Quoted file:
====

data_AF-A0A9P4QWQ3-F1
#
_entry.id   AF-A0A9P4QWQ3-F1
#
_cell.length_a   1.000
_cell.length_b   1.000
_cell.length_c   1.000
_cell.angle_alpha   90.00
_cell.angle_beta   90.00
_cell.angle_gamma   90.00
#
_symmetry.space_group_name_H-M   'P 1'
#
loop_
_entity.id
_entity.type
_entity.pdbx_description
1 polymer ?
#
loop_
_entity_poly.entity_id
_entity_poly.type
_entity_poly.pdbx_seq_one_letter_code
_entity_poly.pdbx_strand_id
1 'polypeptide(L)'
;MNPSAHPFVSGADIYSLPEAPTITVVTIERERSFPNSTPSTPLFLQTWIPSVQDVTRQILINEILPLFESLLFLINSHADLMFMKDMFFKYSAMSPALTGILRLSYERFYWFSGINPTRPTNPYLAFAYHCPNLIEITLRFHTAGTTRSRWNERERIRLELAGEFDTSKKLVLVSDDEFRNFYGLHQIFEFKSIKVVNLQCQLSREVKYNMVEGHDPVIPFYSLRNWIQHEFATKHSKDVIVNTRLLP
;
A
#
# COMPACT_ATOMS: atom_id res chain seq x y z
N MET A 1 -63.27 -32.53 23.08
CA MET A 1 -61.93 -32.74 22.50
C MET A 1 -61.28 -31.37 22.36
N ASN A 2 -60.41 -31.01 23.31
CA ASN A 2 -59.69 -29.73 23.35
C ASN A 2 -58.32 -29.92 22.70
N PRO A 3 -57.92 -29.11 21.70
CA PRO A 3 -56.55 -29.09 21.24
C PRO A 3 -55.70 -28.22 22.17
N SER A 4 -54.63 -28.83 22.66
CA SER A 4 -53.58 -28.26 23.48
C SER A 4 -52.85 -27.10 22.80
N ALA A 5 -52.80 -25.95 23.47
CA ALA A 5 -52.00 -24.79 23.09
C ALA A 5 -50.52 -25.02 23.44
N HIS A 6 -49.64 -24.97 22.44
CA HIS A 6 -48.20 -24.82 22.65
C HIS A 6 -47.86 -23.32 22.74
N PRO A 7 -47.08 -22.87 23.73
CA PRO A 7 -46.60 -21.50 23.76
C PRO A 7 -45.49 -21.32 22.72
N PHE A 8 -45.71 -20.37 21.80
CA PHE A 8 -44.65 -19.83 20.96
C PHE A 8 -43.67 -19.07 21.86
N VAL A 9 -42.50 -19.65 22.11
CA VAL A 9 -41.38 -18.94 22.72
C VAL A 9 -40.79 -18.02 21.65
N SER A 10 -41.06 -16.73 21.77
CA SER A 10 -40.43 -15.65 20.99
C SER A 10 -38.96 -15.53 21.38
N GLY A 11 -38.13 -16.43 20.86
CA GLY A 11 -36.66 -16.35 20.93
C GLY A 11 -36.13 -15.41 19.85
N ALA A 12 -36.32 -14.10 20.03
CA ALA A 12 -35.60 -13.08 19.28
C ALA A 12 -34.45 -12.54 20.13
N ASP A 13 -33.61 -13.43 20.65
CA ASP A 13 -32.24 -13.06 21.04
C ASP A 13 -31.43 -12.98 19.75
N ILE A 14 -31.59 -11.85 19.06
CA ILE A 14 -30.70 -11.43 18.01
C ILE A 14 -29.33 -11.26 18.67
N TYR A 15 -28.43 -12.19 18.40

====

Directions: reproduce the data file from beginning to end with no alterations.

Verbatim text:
data_AF-A0A9P4QWQ3-F1
#
_entry.id   AF-A0A9P4QWQ3-F1
#
_cell.length_a   1.000
_cell.length_b   1.000
_cell.length_c   1.000
_cell.angle_alpha   90.00
_cell.angle_beta   90.00
_cell.angle_gamma   90.00
#
_symmetry.space_group_name_H-M   'P 1'
#
loop_
_entity.id
_entity.type
_entity.pdbx_description
1 polymer ?
#
loop_
_entity_poly.entity_id
_entity_poly.type
_entity_poly.pdbx_seq_one_letter_code
_entity_poly.pdbx_strand_id
1 'polypeptide(L)'
;MNPSAHPFVSGADIYSLPEAPTITVVTIERERSFPNSTPSTPLFLQTWIPSVQDVTRQILINEILPLFESLLFLINSHADLMFMKDMFFKYSAMSPALTGILRLSYERFYWFSGINPTRPTNPYLAFAYHCPNLIEITLRFHTAGTTRSRWNERERIRLELAGEFDTSKKLVLVSDDEFRNFYGLHQIFEFKSIKVVNLQCQLSREVKYNMVEGHDPVIPFYSLRNWIQHEFATKHSKDVIVNTRLLP
;
A
#
# COMPACT_ATOMS: atom_id res chain seq x y z
N MET A 1 -63.27 -32.53 23.08
CA MET A 1 -61.93 -32.74 22.50
C MET A 1 -61.28 -31.37 22.36
N ASN A 2 -60.41 -31.01 23.31
CA ASN A 2 -59.69 -29.73 23.35
C ASN A 2 -58.32 -29.92 22.70
N PRO A 3 -57.92 -29.11 21.70
CA PRO A 3 -56.55 -29.09 21.24
C PRO A 3 -55.70 -28.22 22.17
N SER A 4 -54.63 -28.83 22.66
CA SER A 4 -53.58 -28.26 23.48
C SER A 4 -52.85 -27.10 22.80
N ALA A 5 -52.80 -25.95 23.47
CA ALA A 5 -52.00 -24.79 23.09
C ALA A 5 -50.52 -25.02 23.44
N HIS A 6 -49.64 -24.97 22.44
CA HIS A 6 -48.20 -24.82 22.65
C HIS A 6 -47.86 -23.32 22.74
N PRO A 7 -47.08 -22.87 23.73
CA PRO A 7 -46.60 -21.50 23.76
C PRO A 7 -45.49 -21.32 22.72
N PHE A 8 -45.71 -20.37 21.80
CA PHE A 8 -44.65 -19.83 20.96
C PHE A 8 -43.67 -19.07 21.86
N VAL A 9 -42.50 -19.65 22.11
CA VAL A 9 -41.38 -18.94 22.72
C VAL A 9 -40.79 -18.02 21.65
N SER A 10 -41.06 -16.73 21.77
CA SER A 10 -40.43 -15.65 20.99
C SER A 10 -38.96 -15.53 21.38
N GLY A 11 -38.13 -16.43 20.86
CA GLY A 11 -36.66 -16.35 20.93
C GLY A 11 -36.13 -15.41 19.85
N ALA A 12 -36.32 -14.10 20.03
CA ALA A 12 -35.60 -13.08 19.28
C ALA A 12 -34.45 -12.54 20.13
N ASP A 13 -33.61 -13.43 20.65
CA ASP A 13 -32.24 -13.06 21.04
C ASP A 13 -31.43 -12.98 19.75
N ILE A 14 -31.59 -11.85 19.06
CA ILE A 14 -30.70 -11.43 18.01
C ILE A 14 -29.33 -11.26 18.67
N TYR A 15 -28.43 -12.19 18.40